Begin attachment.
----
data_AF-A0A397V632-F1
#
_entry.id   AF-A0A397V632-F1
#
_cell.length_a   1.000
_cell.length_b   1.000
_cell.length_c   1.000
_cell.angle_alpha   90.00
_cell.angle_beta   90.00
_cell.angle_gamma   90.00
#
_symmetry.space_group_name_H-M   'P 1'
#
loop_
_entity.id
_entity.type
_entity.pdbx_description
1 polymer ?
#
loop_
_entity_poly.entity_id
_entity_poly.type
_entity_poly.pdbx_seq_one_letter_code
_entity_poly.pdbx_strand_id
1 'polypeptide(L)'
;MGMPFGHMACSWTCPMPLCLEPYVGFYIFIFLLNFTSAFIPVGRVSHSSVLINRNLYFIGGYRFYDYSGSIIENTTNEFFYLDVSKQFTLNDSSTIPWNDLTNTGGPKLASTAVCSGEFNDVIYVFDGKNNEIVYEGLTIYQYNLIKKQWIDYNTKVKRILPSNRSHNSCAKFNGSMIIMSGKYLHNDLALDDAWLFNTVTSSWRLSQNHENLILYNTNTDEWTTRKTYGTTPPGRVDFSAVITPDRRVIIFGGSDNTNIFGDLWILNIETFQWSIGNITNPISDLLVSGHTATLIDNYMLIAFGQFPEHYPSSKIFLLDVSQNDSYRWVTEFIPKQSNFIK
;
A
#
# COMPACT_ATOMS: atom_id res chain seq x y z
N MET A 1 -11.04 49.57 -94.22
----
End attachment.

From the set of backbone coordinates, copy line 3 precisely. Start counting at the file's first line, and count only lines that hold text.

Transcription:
_entry.id   AF-A0A397V632-F1